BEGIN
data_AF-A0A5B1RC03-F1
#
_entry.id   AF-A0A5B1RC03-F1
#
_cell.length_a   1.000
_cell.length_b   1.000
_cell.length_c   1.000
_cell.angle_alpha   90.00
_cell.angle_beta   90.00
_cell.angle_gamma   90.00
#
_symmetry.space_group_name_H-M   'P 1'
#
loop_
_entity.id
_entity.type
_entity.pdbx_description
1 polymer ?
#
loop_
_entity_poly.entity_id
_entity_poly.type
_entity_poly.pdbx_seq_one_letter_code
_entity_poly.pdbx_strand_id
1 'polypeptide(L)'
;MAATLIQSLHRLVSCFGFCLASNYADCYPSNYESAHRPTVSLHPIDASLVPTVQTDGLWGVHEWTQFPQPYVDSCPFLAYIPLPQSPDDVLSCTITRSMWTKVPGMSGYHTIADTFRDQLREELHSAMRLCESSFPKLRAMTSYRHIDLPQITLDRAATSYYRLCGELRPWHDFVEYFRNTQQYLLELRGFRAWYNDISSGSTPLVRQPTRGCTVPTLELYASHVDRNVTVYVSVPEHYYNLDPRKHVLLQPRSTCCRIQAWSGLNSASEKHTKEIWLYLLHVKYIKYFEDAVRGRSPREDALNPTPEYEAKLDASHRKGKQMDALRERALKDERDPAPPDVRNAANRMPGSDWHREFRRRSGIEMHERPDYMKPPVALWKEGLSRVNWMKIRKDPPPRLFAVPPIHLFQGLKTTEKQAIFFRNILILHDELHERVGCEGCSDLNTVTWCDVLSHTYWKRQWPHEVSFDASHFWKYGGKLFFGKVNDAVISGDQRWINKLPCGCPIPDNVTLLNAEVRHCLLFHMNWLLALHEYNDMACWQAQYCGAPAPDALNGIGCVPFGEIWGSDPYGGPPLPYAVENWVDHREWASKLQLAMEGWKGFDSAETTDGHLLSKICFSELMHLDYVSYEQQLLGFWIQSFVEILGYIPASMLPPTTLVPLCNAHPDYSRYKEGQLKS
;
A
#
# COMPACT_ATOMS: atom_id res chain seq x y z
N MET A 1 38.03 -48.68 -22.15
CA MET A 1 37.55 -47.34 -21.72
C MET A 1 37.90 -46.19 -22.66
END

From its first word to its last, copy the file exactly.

data_AF-A0A5B1RC03-F1
#
_entry.id   AF-A0A5B1RC03-F1
#
_cell.length_a   1.000
_cell.length_b   1.000
_cell.length_c   1.000
_cell.angle_alpha   90.00
_cell.angle_beta   90.00
_cell.angle_gamma   90.00
#
_symmetry.space_group_name_H-M   'P 1'
#
loop_
_entity.id
_entity.type
_entity.pdbx_description
1 polymer ?
#
loop_
_entity_poly.entity_id
_entity_poly.type
_entity_poly.pdbx_seq_one_letter_code
_entity_poly.pdbx_strand_id
1 'polypeptide(L)'
;MAATLIQSLHRLVSCFGFCLASNYADCYPSNYESAHRPTVSLHPIDASLVPTVQTDGLWGVHEWTQFPQPYVDSCPFLAYIPLPQSPDDVLSCTITRSMWTKVPGMSGYHTIADTFRDQLREELHSAMRLCESSFPKLRAMTSYRHIDLPQITLDRAATSYYRLCGELRPWHDFVEYFRNTQQYLLELRGFRAWYNDISSGSTPLVRQPTRGCTVPTLELYASHVDRNVTVYVSVPEHYYNLDPRKHVLLQPRSTCCRIQAWSGLNSASEKHTKEIWLYLLHVKYIKYFEDAVRGRSPREDALNPTPEYEAKLDASHRKGKQMDALRERALKDERDPAPPDVRNAANRMPGSDWHREFRRRSGIEMHERPDYMKPPVALWKEGLSRVNWMKIRKDPPPRLFAVPPIHLFQGLKTTEKQAIFFRNILILHDELHERVGCEGCSDLNTVTWCDVLSHTYWKRQWPHEVSFDASHFWKYGGKLFFGKVNDAVISGDQRWINKLPCGCPIPDNVTLLNAEVRHCLLFHMNWLLALHEYNDMACWQAQYCGAPAPDALNGIGCVPFGEIWGSDPYGGPPLPYAVENWVDHREWASKLQLAMEGWKGFDSAETTDGHLLSKICFSELMHLDYVSYEQQLLGFWIQSFVEILGYIPASMLPPTTLVPLCNAHPDYSRYKEGQLKS
;
A
#
# COMPACT_ATOMS: atom_id res chain seq x y z
N MET A 1 38.03 -48.68 -22.15
CA MET A 1 37.55 -47.34 -21.72
C MET A 1 37.90 -46.19 -22.66